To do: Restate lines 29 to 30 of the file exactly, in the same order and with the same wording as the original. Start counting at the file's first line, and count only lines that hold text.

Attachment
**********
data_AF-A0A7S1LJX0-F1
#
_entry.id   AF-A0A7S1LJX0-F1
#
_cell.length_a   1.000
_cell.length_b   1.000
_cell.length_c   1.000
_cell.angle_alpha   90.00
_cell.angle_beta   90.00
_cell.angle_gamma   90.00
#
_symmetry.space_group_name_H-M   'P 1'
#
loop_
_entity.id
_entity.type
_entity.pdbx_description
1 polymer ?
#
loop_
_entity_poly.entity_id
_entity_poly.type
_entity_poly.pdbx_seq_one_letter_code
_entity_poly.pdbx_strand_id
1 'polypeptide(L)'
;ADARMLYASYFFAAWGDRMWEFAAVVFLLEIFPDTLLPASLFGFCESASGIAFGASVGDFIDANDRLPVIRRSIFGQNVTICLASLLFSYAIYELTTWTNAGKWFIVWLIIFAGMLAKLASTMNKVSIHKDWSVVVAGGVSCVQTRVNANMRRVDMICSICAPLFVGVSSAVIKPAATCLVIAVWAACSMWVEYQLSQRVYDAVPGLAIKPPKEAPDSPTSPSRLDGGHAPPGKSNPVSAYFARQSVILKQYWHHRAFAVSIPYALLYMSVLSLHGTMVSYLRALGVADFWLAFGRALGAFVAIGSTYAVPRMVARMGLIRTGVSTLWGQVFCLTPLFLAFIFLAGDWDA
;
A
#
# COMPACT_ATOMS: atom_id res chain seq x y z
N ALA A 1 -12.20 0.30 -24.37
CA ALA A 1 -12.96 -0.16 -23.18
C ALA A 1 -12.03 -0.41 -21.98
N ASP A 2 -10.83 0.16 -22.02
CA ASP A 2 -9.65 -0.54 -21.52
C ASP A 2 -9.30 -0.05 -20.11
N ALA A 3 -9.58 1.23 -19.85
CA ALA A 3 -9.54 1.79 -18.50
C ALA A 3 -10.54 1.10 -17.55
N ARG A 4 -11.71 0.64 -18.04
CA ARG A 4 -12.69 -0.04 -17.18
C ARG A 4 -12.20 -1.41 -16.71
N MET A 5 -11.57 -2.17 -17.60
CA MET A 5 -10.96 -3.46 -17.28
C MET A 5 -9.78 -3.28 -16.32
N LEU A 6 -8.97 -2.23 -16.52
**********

#
# COMPACT_ATOMS: atom_id res chain seq x y z